New Year's Day marks the end of the festive holiday season and the beginning of a long, dark winter, during which many of us only have belt tightening and holiday debt to look forward to for months to come. But the new year also gives you the perfect excuse to tackle self-improvement projects you put off during the last few months, and while losing weight or taking up crocheting is great, there's no better resolution to make than to improve your personal finances.
Committing yourself to getting your finances in order may seem like a daunting task. And it is—at least to set good habits in motion. But the advice from financial advisers and experts we spoke to help paint the broad strokes of what you should concentrate on, no matter your age or financial outlook.
If you're 18 …
If you're in the last years of being a teenager, the best gift you can give yourself is getting into the habit of building a budget. The earlier you start, the more benefits you'll reap throughout your lifetime in the form of smarter spending decisions and less unnecessary debt that can delay or even prevent milestones, such as owning a home or starting a family.
This is especially true if you're planning on heading to college, where many young people take on significant financial obligations for the first time in their lives. "The goal is to truly understand what kind of financial aid you're getting yourself into," said Joy Liu, a financial trainer with The Financial Gym. "Figure out how much tuition will cost and how much you'll need for lifestyle expenses and room and board." Then Liu recommends you borrow that exact amount so you can get your diploma with as little student loan debt as possible.
One way to cut down on some of those lifestyle expenses as an 18-year-old? "Learn to cook!" said Steven Briggs, a registered investment adviser and founder of Briggs Financial. "Not only does it make you a great date in college, but so much money is wasted on fast food in college."
If you're 25…
Hopefully by now, you have a foothold on the bottom rung of a career ladder, an accomplishment that's becoming rarer in the age of the gig economy. If so, you need to start taking advantage of whatever retirement plan is available through work. "If your employer offers a Roth option, you should consider this," said Jeff Burke, a financial planner at 7th Street Financial. "You will most likely be in a lower tax bracket, so investing post-tax dollars is not as painful." You should always invest at least as much as your employer is willing to match—otherwise, you are leaving money on the table and out of your eventual retirement fund. And if you're a freelance worker or work at a job where you don't get retirement benefits, that doesn't mean you can't resolve to take some concrete action toward securing your golden years in 2019. "If you are in a gig economy, look to open a solo 401(k), SEP-IRA or a standard IRA," said Burke.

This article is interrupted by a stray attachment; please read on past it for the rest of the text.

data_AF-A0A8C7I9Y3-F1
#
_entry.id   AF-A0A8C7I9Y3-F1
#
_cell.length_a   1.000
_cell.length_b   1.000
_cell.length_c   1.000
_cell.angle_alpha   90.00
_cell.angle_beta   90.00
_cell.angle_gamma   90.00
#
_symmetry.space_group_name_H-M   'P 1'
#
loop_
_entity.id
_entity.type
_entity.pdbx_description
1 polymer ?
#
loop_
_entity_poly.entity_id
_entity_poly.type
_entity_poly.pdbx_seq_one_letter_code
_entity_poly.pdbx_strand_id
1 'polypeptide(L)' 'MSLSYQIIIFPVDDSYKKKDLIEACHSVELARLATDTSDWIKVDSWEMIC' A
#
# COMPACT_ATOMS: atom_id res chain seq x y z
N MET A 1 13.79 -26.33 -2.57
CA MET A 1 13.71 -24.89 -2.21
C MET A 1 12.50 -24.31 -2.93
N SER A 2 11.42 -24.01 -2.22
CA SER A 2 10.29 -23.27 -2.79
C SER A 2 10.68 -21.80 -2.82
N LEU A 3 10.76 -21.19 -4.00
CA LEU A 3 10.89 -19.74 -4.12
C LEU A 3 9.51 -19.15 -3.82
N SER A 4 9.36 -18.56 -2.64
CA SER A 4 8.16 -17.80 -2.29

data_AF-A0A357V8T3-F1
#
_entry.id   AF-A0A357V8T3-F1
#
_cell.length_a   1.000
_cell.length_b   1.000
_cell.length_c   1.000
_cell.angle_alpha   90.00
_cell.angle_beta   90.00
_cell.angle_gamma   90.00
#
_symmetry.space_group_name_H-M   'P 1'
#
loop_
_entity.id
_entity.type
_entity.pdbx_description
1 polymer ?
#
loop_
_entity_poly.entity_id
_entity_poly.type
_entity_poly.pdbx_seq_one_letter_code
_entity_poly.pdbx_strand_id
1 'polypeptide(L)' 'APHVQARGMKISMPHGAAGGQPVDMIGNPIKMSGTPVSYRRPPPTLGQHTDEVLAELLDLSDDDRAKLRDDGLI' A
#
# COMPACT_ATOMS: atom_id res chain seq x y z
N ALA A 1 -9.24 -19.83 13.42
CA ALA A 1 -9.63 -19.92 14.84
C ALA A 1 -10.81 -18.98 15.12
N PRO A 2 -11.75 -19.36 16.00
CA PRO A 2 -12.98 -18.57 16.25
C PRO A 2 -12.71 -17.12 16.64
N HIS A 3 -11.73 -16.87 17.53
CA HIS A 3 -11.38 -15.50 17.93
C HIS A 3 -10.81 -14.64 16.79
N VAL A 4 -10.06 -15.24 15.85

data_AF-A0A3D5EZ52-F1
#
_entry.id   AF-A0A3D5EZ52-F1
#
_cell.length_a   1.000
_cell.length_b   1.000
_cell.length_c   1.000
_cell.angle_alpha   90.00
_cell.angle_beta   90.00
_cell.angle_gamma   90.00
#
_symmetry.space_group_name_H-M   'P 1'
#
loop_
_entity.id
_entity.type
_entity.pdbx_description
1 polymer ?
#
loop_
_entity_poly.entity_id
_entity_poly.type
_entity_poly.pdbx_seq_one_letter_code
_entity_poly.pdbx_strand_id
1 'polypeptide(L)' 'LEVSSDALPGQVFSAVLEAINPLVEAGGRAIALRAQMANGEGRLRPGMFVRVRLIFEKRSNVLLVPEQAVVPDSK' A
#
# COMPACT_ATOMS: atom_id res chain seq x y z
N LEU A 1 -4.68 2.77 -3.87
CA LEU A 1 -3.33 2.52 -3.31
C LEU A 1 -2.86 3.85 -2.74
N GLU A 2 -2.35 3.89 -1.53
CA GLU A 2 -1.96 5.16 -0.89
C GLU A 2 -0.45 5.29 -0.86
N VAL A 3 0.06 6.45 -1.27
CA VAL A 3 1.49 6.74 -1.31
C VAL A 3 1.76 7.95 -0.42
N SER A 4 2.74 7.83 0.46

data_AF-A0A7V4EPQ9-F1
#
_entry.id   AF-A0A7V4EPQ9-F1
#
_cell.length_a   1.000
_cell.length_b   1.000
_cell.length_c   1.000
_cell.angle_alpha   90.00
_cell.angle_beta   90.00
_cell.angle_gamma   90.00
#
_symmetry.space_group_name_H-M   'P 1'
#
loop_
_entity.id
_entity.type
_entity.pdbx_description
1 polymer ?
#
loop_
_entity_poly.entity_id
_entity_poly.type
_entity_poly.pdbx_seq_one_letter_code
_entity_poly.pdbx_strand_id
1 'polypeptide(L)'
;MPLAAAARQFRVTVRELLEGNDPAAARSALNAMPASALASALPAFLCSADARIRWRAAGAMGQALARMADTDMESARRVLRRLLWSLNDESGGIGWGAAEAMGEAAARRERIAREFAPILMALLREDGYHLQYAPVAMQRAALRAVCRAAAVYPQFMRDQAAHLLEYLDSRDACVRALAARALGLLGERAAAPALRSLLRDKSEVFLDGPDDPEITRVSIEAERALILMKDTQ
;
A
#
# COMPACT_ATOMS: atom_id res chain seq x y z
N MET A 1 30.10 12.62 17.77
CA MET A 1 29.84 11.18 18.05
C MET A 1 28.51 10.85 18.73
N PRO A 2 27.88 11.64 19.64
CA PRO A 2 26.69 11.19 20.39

If you're 35 …
You've most likely entered the peak earning years of your career, but you also have more financial obligations than ever, especially if you've settled down and started a family. Juggling all of your professional and personal responsibilities isn't easy, which is why you should automate your savings if you haven't already. "Review your savings and schedule regular, automatic deposits into your accounts," said Rick Vazza, president of Driven Wealth Management. "With so much going on in your life, having an automated system will ensure you reach your financial goals while you can focus on the aspects of life you enjoy the most."
This year's also an excellent time to put your affairs in order and come up with a financial plan for what happens if you're no longer around to support your loved ones (see your options on how to write a will here). Make sure your life insurance beneficiaries are all up-to-date (and if you don't have it, the experts we spoke to recommend getting life insurance for the sake of those depending on you), and determine who gets power of attorney if you're legally disabled.
If you're 55 …
The once-distant goal of retirement is now right around the corner, so make it a point this year to set up an appointment with the Social Security Administration to get a clear sense of what you're entitled to and how that factors into your retirement plan. "Put pen to paper and answer questions such as, 'Am I going to downsize?' and 'Is my mortgage paid off?'" said Liu. If you have any 401(k) accounts from previous jobs that you've lost track of over the years, now is the year to find them and make sure you get the money you saved.
And just because the finish line is in sight doesn't mean you should slow down your retirement savings. "Make it a priority to look at how much you are contributing, and try to increase it by 3% to 5% this year," said Briggs. "Making that adjustment might require a few lifestyle sacrifices short-term, but the long-term benefits of saving that money and the long-term growth benefits it can have will vastly outweigh the lifestyle sacrifice now."